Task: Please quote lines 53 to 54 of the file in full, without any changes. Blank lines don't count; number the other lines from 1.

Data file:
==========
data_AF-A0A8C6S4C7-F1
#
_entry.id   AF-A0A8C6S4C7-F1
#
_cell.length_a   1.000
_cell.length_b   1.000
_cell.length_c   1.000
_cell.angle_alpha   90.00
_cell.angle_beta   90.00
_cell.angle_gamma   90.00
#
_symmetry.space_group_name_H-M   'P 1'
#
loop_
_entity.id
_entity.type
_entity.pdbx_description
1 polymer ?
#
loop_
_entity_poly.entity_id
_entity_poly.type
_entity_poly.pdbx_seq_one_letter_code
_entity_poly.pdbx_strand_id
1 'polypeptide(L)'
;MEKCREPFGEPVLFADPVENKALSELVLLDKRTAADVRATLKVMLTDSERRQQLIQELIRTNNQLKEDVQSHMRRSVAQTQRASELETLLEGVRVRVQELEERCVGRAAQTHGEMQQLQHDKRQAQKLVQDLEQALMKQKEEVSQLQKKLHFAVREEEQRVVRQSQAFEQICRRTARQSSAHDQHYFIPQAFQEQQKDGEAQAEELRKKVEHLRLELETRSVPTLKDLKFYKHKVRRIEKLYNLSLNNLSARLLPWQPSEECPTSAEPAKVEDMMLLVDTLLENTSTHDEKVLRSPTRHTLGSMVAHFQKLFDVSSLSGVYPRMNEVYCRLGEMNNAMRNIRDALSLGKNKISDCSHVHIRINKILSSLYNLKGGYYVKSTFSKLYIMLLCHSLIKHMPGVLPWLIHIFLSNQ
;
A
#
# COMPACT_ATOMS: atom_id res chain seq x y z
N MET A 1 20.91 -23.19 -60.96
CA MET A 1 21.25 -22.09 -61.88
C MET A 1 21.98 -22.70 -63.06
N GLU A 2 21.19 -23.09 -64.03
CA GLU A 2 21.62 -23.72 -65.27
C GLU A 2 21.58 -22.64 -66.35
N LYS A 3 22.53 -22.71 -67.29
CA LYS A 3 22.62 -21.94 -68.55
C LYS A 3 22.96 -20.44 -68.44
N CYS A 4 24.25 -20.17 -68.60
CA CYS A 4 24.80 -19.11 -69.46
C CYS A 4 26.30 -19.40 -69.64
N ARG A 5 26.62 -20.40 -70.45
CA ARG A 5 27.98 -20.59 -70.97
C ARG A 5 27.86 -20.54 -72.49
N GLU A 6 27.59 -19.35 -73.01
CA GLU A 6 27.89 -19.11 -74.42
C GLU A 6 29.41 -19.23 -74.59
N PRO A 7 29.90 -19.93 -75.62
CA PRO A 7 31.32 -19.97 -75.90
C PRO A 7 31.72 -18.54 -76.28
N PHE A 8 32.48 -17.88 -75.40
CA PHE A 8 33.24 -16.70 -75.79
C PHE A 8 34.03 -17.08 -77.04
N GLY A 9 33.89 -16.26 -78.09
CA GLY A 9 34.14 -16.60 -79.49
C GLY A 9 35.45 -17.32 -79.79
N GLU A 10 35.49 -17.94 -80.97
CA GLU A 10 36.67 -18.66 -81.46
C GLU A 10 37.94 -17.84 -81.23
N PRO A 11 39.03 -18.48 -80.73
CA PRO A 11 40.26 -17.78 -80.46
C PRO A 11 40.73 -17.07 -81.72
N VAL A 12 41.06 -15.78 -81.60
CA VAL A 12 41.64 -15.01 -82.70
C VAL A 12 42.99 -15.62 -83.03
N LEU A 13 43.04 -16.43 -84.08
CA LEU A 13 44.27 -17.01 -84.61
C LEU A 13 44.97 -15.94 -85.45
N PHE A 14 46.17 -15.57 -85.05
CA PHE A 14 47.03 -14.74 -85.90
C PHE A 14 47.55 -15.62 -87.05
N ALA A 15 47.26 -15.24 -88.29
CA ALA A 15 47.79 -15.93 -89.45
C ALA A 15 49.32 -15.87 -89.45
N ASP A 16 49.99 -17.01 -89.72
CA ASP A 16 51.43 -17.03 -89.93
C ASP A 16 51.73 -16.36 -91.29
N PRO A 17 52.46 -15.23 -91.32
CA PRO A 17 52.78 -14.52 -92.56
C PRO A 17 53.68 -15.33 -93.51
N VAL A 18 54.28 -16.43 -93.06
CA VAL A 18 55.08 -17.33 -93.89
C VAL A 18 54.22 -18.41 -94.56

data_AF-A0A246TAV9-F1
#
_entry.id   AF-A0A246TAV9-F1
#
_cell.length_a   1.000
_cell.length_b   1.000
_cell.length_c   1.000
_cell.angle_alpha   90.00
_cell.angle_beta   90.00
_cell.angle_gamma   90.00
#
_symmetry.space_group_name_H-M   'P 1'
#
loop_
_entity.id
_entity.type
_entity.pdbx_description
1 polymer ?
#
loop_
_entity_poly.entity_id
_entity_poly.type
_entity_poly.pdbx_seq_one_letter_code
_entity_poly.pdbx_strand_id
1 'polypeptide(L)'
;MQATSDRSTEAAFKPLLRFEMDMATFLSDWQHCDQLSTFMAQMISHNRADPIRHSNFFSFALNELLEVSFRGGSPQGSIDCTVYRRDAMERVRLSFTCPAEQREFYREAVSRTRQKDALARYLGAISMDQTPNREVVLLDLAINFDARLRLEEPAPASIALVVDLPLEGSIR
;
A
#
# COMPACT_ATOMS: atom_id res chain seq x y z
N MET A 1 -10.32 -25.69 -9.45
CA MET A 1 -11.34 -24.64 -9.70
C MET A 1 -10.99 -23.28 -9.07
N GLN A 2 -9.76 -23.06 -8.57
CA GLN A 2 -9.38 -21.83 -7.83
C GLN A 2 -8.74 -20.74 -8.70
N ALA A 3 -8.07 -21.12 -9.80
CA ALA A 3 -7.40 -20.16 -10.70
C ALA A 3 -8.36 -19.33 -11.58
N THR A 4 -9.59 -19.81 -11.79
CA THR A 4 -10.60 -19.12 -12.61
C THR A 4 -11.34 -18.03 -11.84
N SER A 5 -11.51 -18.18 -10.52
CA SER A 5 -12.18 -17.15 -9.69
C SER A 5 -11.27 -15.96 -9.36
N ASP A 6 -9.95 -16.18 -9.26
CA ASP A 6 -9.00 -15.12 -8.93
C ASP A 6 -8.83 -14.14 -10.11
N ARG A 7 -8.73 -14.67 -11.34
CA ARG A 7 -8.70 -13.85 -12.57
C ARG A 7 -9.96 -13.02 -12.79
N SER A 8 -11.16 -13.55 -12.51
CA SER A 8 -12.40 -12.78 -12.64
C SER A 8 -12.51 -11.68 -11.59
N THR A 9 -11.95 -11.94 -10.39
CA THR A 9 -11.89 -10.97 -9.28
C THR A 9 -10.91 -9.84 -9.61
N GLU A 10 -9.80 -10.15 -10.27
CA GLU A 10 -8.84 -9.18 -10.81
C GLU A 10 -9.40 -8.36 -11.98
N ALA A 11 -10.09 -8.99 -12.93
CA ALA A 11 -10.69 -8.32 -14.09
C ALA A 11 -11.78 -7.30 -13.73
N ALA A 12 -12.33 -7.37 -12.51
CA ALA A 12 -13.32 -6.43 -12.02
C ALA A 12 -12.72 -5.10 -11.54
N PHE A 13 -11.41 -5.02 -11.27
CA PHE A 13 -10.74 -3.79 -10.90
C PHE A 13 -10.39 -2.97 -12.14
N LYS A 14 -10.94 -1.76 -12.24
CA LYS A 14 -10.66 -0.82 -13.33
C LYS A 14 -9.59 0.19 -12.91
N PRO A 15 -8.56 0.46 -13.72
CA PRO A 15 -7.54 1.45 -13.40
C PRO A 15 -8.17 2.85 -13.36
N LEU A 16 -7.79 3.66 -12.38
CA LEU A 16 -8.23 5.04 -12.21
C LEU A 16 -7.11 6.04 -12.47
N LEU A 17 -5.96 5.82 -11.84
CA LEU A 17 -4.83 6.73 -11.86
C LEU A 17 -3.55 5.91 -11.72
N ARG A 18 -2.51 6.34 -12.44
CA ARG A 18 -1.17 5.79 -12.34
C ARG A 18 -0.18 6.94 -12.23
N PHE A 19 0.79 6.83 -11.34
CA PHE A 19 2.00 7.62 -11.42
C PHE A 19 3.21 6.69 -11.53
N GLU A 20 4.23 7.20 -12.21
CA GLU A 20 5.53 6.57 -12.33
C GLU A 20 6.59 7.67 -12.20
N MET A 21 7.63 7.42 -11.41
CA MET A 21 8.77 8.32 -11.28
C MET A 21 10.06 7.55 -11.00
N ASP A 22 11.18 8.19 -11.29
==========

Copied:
CA PHE A 8 33.24 -16.70 -75.79
C PHE A 8 34.03 -17.08 -77.04